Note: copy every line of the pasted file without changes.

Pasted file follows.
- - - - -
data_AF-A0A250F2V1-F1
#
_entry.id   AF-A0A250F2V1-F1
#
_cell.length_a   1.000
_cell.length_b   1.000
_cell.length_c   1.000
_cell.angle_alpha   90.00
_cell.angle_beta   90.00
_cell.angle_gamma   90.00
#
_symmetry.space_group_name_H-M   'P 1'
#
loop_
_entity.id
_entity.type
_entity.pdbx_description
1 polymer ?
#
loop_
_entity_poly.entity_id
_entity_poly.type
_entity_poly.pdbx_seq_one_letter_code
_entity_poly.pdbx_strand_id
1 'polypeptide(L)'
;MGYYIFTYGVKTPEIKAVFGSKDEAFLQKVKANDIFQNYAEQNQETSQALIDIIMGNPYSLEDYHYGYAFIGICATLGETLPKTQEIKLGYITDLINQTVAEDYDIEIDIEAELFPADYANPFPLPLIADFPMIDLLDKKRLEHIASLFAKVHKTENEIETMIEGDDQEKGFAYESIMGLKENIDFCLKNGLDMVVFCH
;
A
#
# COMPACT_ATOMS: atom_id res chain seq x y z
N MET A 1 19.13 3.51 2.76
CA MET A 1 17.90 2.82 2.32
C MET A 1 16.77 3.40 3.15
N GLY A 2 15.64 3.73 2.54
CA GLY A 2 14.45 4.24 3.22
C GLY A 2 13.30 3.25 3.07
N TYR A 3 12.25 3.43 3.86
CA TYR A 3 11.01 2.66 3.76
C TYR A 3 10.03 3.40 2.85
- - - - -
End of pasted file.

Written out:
data_AF-A0A250F2V1-F1
#
_entry.id   AF-A0A250F2V1-F1
#
_cell.length_a   1.000
_cell.length_b   1.000
_cell.length_c   1.000
_cell.angle_alpha   90.00
_cell.angle_beta   90.00
_cell.angle_gamma   90.00
#
_symmetry.space_group_name_H-M   'P 1'
#
loop_
_entity.id
_entity.type
_entity.pdbx_description
1 polymer ?
#
loop_
_entity_poly.entity_id
_entity_poly.type
_entity_poly.pdbx_seq_one_letter_code
_entity_poly.pdbx_strand_id
1 'polypeptide(L)'
;MGYYIFTYGVKTPEIKAVFGSKDEAFLQKVKANDIFQNYAEQNQETSQALIDIIMGNPYSLEDYHYGYAFIGICATLGETLPKTQEIKLGYITDLINQTVAEDYDIEIDIEAELFPADYANPFPLPLIADFPMIDLLDKKRLEHIASLFAKVHKTENEIETMIEGDDQEKGFAYESIMGLKENIDFCLKNGLDMVVFCH
;
A
#
# COMPACT_ATOMS: atom_id res chain seq x y z
N MET A 1 19.13 3.51 2.76
CA MET A 1 17.90 2.82 2.32
C MET A 1 16.77 3.40 3.15
N GLY A 2 15.64 3.73 2.54
CA GLY A 2 14.45 4.24 3.22
C GLY A 2 13.30 3.25 3.07
N TYR A 3 12.25 3.43 3.86
CA TYR A 3 11.01 2.66 3.76
C TYR A 3 10.03 3.40 2.85